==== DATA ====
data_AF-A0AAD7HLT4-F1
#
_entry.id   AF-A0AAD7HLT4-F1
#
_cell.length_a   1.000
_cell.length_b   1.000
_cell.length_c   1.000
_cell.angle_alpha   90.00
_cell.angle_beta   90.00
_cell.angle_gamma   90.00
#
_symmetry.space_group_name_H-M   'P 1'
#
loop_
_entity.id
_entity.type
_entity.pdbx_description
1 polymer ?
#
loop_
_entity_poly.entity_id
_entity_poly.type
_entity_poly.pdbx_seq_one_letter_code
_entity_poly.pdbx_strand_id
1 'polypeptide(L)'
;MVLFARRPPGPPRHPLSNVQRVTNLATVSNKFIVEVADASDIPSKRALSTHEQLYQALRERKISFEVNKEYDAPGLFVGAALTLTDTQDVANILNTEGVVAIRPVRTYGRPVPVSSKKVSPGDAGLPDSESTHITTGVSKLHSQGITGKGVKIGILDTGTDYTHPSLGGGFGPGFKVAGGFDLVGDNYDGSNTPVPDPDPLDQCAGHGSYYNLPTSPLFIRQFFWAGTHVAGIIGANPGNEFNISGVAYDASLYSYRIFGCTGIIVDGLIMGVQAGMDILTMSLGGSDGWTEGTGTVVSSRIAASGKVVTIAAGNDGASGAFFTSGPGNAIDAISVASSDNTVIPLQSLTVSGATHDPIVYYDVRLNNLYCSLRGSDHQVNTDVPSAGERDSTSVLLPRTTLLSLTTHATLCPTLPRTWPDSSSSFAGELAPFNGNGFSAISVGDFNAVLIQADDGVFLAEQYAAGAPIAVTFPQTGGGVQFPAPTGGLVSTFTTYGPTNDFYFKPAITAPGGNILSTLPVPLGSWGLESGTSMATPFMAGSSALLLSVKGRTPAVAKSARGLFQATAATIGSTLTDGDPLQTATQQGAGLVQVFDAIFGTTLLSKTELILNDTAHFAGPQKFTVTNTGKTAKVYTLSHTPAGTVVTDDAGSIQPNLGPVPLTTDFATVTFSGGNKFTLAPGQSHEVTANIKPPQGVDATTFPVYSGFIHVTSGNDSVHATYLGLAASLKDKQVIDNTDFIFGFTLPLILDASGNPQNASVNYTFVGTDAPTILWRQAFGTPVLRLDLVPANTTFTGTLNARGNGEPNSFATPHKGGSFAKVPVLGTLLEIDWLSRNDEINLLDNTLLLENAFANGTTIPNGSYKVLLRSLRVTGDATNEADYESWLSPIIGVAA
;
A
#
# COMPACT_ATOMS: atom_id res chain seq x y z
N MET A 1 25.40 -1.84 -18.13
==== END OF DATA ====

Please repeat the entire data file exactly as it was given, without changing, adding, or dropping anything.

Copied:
data_AF-A0AAD7HLT4-F1
#
_entry.id   AF-A0AAD7HLT4-F1
#
_cell.length_a   1.000
_cell.length_b   1.000
_cell.length_c   1.000
_cell.angle_alpha   90.00
_cell.angle_beta   90.00
_cell.angle_gamma   90.00
#
_symmetry.space_group_name_H-M   'P 1'
#
loop_
_entity.id
_entity.type
_entity.pdbx_description
1 polymer ?
#
loop_
_entity_poly.entity_id
_entity_poly.type
_entity_poly.pdbx_seq_one_letter_code
_entity_poly.pdbx_strand_id
1 'polypeptide(L)'
;MVLFARRPPGPPRHPLSNVQRVTNLATVSNKFIVEVADASDIPSKRALSTHEQLYQALRERKISFEVNKEYDAPGLFVGAALTLTDTQDVANILNTEGVVAIRPVRTYGRPVPVSSKKVSPGDAGLPDSESTHITTGVSKLHSQGITGKGVKIGILDTGTDYTHPSLGGGFGPGFKVAGGFDLVGDNYDGSNTPVPDPDPLDQCAGHGSYYNLPTSPLFIRQFFWAGTHVAGIIGANPGNEFNISGVAYDASLYSYRIFGCTGIIVDGLIMGVQAGMDILTMSLGGSDGWTEGTGTVVSSRIAASGKVVTIAAGNDGASGAFFTSGPGNAIDAISVASSDNTVIPLQSLTVSGATHDPIVYYDVRLNNLYCSLRGSDHQVNTDVPSAGERDSTSVLLPRTTLLSLTTHATLCPTLPRTWPDSSSSFAGELAPFNGNGFSAISVGDFNAVLIQADDGVFLAEQYAAGAPIAVTFPQTGGGVQFPAPTGGLVSTFTTYGPTNDFYFKPAITAPGGNILSTLPVPLGSWGLESGTSMATPFMAGSSALLLSVKGRTPAVAKSARGLFQATAATIGSTLTDGDPLQTATQQGAGLVQVFDAIFGTTLLSKTELILNDTAHFAGPQKFTVTNTGKTAKVYTLSHTPAGTVVTDDAGSIQPNLGPVPLTTDFATVTFSGGNKFTLAPGQSHEVTANIKPPQGVDATTFPVYSGFIHVTSGNDSVHATYLGLAASLKDKQVIDNTDFIFGFTLPLILDASGNPQNASVNYTFVGTDAPTILWRQAFGTPVLRLDLVPANTTFTGTLNARGNGEPNSFATPHKGGSFAKVPVLGTLLEIDWLSRNDEINLLDNTLLLENAFANGTTIPNGSYKVLLRSLRVTGDATNEADYESWLSPIIGVAA
;
A
#
# COMPACT_ATOMS: atom_id res chain seq x y z
N MET A 1 25.40 -1.84 -18.13